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Sous vide indeed

Sous vide (pronounced soo–veed) is a French term, meaning ‘under vacuum’. Developed in the 1970s, the sous vide cooking method was originally used in high-end establishments with chefs such as Heston Blumenthal declaring it “the single greatest advancement in cooking technology in decades.” Today this method of cooking – which is quick to prepare, easy and highly unlikely to overcook – has become much more widespread as its benefits cannot be ignored

Head chef Simon McKenzieSimon McKenzie, head chef at the Isle of Eriska Hotel, Spa and Golf, Argyll, explains why he sees sous vide as the future of cooking

What is sous vide?

In the sous vide process, foods are vacuum packed and then submerged in water at a specific temperature for a prolonged period of time. The method can be used for the cooking of both meat and fish.

How it works

Technically, sous vide works in the same way as any other cooking method: by using heat to break down the proteins in foods. The key difference comes from understanding the different proteins within each of the different products, and subjecting them to specific temperatures over varying times.

Sous vide vac pac machineAll you need to get started is a vac pac machine and waterbath

Benefits of sous vide

Sous vide offers a much more precise and gentle way to cook meat and fish, while extracting the very best from the ingredients. As such, sous vide is not a method that is relevant only to those cooking in large restaurant kitchens. I believe that this method of cooking should be used in all cooking; indeed the beauty of sous vide is the fact that it can be used anywhere – from the smallest kitchen with one chef, to the very largest with brigades of over 50 – all you need to get yourself started is a waterbath and a vac
pac machine.

Minimal waste

Sous vide beefSous vide very rarely overcooks

Due to the fact that it is almost impossible to overcook food when using sous vide – so long as you adhere to certain times and temperatures for each product – waste becomes virtually non-existent. For example, a fillet of beef weighing 100g will take 50 minutes to cook rare at 58°C. To prepare in advance, cook the fillet for 50 minutes then place in iced water for 90 minutes to chill. At service, when a guest orders the fillet you have a waterbath set at 50°C into which you place the fillet as soon as the order comes on. Now we know that the fillet requires a temperature of 58°C to cook so therefore at 50°C all that will happen is that the fillet gets hot – and it is guaranteed not to overcook.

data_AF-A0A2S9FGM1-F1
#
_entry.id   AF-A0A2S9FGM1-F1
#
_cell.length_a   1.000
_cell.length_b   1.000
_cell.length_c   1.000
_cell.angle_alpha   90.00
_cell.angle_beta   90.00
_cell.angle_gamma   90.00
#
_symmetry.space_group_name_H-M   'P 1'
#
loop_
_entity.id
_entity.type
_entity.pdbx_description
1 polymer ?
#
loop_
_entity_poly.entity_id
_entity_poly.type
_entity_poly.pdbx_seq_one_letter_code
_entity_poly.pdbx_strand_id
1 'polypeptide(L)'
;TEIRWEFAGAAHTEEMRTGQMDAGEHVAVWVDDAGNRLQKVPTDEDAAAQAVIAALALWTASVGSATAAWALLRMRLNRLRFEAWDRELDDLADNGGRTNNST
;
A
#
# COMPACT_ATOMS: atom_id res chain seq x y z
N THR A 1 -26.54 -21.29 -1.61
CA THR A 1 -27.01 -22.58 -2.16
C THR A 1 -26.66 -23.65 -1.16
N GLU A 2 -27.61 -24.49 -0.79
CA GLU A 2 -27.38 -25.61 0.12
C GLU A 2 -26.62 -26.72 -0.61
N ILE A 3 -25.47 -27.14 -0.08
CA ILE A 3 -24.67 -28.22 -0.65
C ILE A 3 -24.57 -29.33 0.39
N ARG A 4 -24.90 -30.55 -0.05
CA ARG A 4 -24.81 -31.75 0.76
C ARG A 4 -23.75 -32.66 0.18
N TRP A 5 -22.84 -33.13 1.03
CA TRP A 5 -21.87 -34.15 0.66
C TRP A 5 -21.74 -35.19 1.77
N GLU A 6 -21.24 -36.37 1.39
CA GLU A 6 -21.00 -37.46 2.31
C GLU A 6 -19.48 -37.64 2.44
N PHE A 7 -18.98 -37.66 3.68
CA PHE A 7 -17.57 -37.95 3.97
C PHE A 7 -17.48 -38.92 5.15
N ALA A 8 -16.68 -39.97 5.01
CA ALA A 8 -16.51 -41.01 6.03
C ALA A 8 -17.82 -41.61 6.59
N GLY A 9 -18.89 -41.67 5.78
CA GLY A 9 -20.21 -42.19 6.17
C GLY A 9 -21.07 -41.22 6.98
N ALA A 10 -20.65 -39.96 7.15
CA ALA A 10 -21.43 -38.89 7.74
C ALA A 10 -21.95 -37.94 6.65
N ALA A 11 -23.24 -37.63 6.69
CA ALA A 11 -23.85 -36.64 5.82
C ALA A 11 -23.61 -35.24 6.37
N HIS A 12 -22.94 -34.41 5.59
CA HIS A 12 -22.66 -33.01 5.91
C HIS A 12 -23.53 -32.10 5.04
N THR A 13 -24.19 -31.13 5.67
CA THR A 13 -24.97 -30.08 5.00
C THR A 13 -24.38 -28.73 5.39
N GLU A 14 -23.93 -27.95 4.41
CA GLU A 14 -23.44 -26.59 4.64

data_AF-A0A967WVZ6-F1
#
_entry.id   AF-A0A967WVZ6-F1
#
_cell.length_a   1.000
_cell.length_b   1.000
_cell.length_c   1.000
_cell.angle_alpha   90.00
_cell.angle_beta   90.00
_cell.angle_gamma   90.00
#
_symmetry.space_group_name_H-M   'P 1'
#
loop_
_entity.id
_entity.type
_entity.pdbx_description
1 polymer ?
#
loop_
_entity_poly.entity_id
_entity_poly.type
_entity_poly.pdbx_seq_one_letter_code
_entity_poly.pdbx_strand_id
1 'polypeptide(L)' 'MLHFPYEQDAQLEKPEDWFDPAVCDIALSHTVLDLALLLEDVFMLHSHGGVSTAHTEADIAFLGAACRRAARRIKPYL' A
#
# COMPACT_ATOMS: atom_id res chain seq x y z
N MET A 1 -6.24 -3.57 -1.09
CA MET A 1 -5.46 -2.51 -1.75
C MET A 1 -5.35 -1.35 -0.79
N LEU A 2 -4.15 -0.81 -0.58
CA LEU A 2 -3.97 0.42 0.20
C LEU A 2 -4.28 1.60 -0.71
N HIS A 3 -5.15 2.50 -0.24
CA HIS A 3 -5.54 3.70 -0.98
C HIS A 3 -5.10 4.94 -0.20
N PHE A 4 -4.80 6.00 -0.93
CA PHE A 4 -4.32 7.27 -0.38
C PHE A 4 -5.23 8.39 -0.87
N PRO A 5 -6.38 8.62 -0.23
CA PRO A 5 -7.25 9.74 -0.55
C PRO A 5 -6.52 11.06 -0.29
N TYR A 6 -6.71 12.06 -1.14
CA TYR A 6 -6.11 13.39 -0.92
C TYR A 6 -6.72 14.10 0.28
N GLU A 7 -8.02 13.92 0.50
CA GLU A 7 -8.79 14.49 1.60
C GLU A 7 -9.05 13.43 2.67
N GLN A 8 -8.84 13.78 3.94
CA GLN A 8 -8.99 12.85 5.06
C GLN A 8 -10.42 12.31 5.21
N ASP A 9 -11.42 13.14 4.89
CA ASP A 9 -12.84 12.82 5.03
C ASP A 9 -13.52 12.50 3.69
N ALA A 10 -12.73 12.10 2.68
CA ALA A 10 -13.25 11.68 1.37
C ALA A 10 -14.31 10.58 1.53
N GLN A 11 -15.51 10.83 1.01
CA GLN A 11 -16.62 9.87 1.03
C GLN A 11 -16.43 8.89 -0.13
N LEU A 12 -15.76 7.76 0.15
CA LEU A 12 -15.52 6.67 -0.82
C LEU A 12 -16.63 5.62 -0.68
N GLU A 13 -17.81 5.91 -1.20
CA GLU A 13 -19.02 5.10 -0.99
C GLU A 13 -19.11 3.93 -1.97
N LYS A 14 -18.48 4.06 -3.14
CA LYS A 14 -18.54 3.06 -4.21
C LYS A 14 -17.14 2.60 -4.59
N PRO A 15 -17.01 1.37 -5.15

Coupled with knowledge, sous vide can be used in any environment to streamline the operation and reduce costs significantly while consistently delivering a far superior product to the clientele. In my opinion sous vide is far more than a passing trend, it is here to stay and will be used increasingly in all manner of hospitality establishments.

Simon says:

As with anything to do with food, you have to know what you are doing to ensure safely cooked food that tastes good. If you are considering changing to the sous vide method, read up on it as much as possible beforehand. There are now many books available on sous vide. Thomas Keller has a great book out which is aptly named Sous Vide and is available on Amazon.

Don’t be afraid to network. I often see things about sous vide on Twitter from people I am following and ask a few questions. I also put images of our new dishes on Twitter and get asked lots of questions about the cooking technique, which I am always happy to answer.
Sous vide can be used to cook fish as well as meat, however, I still prefer a pan of foaming butter for the majority of fish. Although, having said that, we currently have a poached sea bass dish on the menu which we vac pac with olive oil and thyme and cook, using sous vide for 12 minutes at 56°C.

Photos courtesy of Dennis Hardley Photography.

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